The quote mentioned above is actually by Damon Runyan, in “The Idyll of Miss Sarah Brown”.
As for hustling… The best hustlers never suggest a wager. They get the other guy to suggest the wager. That makes the mark think he is in control. If the mark is the one always suggesting an increase in bets, then he’s never going to believe that he’s being hustled, and will play 'till he’s broke.
The ‘con’ in ‘con game’ comes from ‘confidence’. Most people think that it means the hustler is trying to get your confidence, but in fact it’s the opposite. In a true con game, the mark thinks he has YOUR confidence. For example, a good con might involve telling a mark that you have some crooked dice, and you want him to get you into his local dice game and vouch for you. You’ll give him your own cash, he puts up a matching amount, and later you’ll meet and split the proceeds. Now, you’ve given him YOUR confidence, because he’s holding your money. What he doesn’t realize is that the dice game is filled with your cronies, and the dice are rigged, but in the opposite way that he thinks. Now the game starts, you signal the mark to make a certain bet, he does and loses. You take him aside, tell him that he misread the signal and bet wrong. Now he feels bad, because he made a mistake and lost some of your money. Now you make an ambiguous signal, he doesn’t know what to do, and the dice come up wrong again… Etc. Eventually, he loses his money and yours, and you both leave. You ask him what happened, did he not understand? The guy leaves feeling bad, feeling like he let you down. And you go off and split up his money with your cronies.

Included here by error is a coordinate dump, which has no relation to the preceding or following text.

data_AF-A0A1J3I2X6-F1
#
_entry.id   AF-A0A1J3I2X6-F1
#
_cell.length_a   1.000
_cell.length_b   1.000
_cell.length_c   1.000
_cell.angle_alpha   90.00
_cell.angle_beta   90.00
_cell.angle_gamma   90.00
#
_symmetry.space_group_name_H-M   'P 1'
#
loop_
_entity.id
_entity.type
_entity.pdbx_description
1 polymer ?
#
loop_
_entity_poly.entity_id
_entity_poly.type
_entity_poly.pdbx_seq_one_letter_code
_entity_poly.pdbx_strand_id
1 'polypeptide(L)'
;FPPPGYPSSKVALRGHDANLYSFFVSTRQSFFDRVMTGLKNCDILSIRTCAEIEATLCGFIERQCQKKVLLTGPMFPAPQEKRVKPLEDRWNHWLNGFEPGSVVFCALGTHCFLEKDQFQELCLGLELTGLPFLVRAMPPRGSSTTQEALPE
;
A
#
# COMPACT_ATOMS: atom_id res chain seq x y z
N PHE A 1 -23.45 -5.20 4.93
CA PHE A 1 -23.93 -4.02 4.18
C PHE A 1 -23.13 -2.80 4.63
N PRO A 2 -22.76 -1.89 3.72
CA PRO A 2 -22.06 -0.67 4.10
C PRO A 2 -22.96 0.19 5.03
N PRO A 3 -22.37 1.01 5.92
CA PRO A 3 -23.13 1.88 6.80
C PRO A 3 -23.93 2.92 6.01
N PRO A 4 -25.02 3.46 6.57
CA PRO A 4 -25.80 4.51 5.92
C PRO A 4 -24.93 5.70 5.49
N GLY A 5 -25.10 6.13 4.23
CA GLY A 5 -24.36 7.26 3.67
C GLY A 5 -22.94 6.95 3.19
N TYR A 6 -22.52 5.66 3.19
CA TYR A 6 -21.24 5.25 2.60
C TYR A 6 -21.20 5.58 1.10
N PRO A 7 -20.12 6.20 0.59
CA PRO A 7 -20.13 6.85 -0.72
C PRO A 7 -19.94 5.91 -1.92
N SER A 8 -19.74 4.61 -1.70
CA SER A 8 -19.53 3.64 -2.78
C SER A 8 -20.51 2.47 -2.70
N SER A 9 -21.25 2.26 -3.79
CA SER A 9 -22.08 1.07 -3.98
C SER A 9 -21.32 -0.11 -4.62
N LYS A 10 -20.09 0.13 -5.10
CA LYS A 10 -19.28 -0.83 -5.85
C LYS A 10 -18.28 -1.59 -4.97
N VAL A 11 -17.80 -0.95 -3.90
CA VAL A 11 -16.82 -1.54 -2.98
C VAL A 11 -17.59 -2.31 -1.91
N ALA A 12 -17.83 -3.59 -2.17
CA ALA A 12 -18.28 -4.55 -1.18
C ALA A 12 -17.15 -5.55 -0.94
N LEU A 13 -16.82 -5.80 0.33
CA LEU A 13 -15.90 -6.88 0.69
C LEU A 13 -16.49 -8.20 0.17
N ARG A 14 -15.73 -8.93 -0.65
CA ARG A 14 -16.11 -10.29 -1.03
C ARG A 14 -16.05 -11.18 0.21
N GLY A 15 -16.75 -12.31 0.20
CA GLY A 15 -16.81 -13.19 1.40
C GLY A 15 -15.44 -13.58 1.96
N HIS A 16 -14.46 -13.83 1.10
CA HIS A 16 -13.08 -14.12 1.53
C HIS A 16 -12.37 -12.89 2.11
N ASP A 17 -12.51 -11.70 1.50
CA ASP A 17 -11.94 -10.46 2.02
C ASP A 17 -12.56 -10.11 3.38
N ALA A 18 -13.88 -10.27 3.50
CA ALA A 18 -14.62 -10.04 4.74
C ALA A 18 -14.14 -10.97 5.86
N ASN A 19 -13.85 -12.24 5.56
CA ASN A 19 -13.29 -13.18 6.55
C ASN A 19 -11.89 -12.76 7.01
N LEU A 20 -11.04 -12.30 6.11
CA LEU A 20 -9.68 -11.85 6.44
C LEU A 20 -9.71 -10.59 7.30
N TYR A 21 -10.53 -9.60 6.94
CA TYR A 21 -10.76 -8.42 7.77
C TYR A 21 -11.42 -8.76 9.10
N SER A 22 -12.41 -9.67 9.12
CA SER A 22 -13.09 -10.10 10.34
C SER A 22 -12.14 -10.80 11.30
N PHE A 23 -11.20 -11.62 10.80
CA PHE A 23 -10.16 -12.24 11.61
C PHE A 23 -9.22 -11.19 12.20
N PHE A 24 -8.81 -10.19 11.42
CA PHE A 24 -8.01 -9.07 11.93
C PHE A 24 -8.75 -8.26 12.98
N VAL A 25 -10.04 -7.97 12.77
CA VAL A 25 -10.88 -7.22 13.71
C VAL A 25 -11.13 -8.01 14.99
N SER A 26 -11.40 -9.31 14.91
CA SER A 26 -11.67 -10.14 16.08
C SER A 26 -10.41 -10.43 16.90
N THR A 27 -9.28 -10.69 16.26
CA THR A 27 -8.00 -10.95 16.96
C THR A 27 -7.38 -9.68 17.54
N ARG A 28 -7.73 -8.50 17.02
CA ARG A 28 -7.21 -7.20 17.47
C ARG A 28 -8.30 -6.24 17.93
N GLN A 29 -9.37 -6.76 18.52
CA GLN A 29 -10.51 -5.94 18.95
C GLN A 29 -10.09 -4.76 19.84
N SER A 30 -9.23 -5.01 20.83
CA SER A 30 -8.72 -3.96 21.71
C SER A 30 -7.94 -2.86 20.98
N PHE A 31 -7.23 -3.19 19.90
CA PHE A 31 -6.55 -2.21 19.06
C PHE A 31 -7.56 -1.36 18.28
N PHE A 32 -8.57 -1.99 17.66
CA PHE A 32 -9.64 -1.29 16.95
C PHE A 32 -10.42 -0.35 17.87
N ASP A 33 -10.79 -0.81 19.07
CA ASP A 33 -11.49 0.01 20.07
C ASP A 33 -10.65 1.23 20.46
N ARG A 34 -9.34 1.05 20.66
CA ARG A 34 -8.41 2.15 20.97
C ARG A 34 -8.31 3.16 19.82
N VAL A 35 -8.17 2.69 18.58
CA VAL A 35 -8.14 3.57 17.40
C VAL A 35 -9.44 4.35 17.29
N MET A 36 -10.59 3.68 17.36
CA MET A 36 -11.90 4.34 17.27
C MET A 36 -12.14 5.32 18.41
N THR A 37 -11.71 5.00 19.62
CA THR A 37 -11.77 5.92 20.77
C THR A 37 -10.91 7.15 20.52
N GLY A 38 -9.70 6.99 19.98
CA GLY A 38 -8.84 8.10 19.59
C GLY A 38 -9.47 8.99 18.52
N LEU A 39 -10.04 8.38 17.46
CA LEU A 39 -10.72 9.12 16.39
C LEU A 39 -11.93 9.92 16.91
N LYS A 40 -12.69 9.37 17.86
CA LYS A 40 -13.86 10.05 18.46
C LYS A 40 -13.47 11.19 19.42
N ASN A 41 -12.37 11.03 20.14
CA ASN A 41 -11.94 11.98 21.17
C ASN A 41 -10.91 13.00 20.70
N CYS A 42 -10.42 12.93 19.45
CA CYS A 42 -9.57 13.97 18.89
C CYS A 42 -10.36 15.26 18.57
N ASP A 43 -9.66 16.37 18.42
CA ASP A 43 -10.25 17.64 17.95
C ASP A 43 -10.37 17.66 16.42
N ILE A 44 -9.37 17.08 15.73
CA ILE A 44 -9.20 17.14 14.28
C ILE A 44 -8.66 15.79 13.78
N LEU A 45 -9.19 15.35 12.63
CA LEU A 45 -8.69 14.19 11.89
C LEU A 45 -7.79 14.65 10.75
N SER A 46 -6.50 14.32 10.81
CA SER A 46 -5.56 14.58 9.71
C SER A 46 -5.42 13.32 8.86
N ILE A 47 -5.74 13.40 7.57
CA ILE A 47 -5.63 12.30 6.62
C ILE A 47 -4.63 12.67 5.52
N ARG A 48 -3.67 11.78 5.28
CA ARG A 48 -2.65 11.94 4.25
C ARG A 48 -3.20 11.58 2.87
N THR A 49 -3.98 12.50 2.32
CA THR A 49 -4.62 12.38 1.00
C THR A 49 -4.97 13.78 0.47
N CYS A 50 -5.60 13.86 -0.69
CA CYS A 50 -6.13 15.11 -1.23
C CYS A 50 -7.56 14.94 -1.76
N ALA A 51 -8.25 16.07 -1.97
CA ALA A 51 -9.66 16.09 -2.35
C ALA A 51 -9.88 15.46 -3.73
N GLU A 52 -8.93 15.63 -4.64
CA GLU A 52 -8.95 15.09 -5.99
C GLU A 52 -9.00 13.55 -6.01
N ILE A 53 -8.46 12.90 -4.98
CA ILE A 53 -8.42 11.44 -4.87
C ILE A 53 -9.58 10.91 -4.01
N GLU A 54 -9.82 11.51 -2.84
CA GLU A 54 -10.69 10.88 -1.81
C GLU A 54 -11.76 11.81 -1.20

This leads to the phrase “You can’t cheat an honest man.” In a true con game, you can’t.